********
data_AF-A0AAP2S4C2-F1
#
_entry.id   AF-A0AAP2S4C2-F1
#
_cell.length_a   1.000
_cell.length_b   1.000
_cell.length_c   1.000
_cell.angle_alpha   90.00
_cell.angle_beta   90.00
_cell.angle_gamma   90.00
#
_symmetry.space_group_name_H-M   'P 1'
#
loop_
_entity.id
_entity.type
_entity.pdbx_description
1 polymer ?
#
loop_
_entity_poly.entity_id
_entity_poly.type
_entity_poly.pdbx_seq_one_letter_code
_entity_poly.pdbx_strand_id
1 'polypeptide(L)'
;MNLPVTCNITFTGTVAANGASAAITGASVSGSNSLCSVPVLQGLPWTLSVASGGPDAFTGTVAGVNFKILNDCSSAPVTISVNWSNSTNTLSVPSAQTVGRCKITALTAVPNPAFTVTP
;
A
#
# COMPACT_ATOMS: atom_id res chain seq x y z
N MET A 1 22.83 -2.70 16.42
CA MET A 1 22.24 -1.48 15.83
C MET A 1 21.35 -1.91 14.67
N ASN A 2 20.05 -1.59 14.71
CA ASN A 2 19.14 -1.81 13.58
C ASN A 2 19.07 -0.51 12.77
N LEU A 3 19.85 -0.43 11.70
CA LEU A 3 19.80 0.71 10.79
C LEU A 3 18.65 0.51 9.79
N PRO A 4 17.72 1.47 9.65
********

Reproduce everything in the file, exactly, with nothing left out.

data_AF-A0AAP2S4C2-F1
#
_entry.id   AF-A0AAP2S4C2-F1
#
_cell.length_a   1.000
_cell.length_b   1.000
_cell.length_c   1.000
_cell.angle_alpha   90.00
_cell.angle_beta   90.00
_cell.angle_gamma   90.00
#
_symmetry.space_group_name_H-M   'P 1'
#
loop_
_entity.id
_entity.type
_entity.pdbx_description
1 polymer ?
#
loop_
_entity_poly.entity_id
_entity_poly.type
_entity_poly.pdbx_seq_one_letter_code
_entity_poly.pdbx_strand_id
1 'polypeptide(L)'
;MNLPVTCNITFTGTVAANGASAAITGASVSGSNSLCSVPVLQGLPWTLSVASGGPDAFTGTVAGVNFKILNDCSSAPVTISVNWSNSTNTLSVPSAQTVGRCKITALTAVPNPAFTVTP
;
A
#
# COMPACT_ATOMS: atom_id res chain seq x y z
N MET A 1 22.83 -2.70 16.42
CA MET A 1 22.24 -1.48 15.83
C MET A 1 21.35 -1.91 14.67
N ASN A 2 20.05 -1.59 14.71
CA ASN A 2 19.14 -1.81 13.58
C ASN A 2 19.07 -0.51 12.77
N LEU A 3 19.85 -0.43 11.70
CA LEU A 3 19.80 0.71 10.79
C LEU A 3 18.65 0.51 9.79
N PRO A 4 17.72 1.47 9.65